Leicester space pioneers return to unveil new Space Research Centre

Emeritus Professor Alan Wells (left) and Emeritus Professor Ken Pounds (right) with members of the Space Research Centre.

Two of Leicester’s first space scientists have returned to open the region’s state-of-the-art Space Research Centre, more than 60 years on.

Professor Ken Pounds CBE, founder of the University of Leicester’s Space Research Group in 1960, and Professor Alan Wells, founding director of the Space Research Centre, cut the ribbon on the new facility at Space Park Leicester on Tuesday.

The pair were joined by researchers and engineers who conduct the Centre’s cutting-edge work in 2022, under the leadership of Director, Professor Mark Sims.

Facilities include a 300sq m clean room for the manufacture and testing of satellites and space instrumentation, plus specialised workshops and laboratories incorporating Artificial Intelligence (AI), digital and advanced manufacturing technologies.

Professor Pounds, Emeritus Professor of Space Physics and the founder of space research in Leicester, gave a brief account of how space research came to Leicester 62 years ago, and how that evolved into the broad, international programme now based in the city. His talk formed part of the University’s Centenary celebrations. He said: “The Space Age essentially began with the launch of Sputnik in 1957. At that time I was studying for a PhD in the Rocket Group at UCL, with the task of developing experiments to measure solar radiation – and it turned out Leicester had just the vacuum x-ray facilities I needed for essential pre-flight checks.

“As the UK space research programme rapidly expanded, Leicester was then the obvious location for a new research group with a remit to study ‘X-radiation from the Sun and other stellar sources’, set up in January 1960.

“With our international reputation established through Skylark rocket flights from Woomera, Australia, and the use of X-ray satellites to provide even deeper observations, Leicester was a partner of choice throughout the 1980s and 90s for international collaborations with the USA, Japan and Germany.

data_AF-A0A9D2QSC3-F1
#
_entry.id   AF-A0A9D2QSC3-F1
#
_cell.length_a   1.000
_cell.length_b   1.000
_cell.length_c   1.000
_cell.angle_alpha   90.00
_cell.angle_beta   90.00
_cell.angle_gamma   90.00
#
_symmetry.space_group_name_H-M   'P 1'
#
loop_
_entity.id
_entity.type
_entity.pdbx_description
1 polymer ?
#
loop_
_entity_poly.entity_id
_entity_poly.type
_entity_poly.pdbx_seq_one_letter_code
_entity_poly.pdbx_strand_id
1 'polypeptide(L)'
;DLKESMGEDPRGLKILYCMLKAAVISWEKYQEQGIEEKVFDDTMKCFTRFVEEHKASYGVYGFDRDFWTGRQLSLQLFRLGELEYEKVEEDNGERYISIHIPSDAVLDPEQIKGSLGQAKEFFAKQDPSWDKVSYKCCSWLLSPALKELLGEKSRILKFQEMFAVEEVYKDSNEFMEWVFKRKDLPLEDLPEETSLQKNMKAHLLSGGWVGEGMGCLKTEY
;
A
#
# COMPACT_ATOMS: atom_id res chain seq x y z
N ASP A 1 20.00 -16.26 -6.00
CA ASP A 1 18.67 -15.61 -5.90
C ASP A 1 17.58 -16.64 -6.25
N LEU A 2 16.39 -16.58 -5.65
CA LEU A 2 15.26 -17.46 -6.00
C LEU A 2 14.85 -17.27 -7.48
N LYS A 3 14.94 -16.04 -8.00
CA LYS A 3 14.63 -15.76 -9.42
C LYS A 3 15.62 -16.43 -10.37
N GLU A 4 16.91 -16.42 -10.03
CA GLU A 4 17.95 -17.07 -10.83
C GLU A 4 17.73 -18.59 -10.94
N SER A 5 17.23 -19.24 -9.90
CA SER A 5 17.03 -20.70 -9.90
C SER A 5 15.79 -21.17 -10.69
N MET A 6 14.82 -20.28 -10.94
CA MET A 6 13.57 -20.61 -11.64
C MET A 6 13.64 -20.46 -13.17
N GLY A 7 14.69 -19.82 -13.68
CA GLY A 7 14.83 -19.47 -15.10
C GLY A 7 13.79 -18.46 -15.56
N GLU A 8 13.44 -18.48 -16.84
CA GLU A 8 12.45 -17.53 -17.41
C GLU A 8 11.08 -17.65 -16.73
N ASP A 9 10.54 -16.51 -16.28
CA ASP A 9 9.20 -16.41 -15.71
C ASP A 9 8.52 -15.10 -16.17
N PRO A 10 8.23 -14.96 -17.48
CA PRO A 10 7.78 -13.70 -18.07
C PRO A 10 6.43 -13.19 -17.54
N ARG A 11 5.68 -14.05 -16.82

“This was a happy situation but one that demanded expanded facilities. Eventually that need was met by the sale of University land to fund the on-campus Michael Atiyah Space Research Centre. Today, that crucial resource moves to Space Park, where I trust it will long reside as the beating heart of Space Park Leicester.”

Emeritus Professor Ken Pounds and Emeritus Professor Alan Wells are given a tour of the Space Research Centre's facilities at Space Park Leicester.

As well as serving as the first director of Leicester’s ground-breaking Space Research Centre, Professor Wells was, alongside Professor Pounds, also a key driver of the project which would become the National Space Centre which neighbours Space Park Leicester. He added: “From its very beginning, the Space Research Centre has sought to create opportunities for advancing space science and applications by adapting the results from innovative laboratory research, incorporating advanced technologies, often in partnership with industry, to provide reliable, highly durable, equipment for some of the world's most productive space science and space application programmes.